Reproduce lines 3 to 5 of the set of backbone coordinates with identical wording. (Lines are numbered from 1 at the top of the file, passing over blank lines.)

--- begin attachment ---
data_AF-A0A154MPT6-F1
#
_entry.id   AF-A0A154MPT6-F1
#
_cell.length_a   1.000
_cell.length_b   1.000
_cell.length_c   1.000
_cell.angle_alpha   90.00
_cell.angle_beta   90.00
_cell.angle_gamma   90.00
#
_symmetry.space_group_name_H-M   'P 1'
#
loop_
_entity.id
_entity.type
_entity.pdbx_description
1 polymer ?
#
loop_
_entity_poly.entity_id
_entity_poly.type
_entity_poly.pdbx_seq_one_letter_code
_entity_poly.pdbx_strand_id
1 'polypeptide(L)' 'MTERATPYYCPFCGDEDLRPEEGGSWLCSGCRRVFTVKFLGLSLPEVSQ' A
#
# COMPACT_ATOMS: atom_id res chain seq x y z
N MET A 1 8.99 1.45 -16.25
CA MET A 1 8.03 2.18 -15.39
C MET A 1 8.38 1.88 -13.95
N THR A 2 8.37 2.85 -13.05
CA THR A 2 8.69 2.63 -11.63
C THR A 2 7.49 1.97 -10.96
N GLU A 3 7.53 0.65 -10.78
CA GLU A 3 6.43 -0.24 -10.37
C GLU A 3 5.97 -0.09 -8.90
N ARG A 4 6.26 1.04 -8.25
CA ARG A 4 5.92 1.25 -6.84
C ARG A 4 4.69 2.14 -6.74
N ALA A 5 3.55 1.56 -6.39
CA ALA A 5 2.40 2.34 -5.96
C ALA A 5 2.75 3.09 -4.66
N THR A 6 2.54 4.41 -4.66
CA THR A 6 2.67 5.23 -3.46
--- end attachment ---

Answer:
_entry.id   AF-A0A154MPT6-F1
#
_cell.length_a   1.000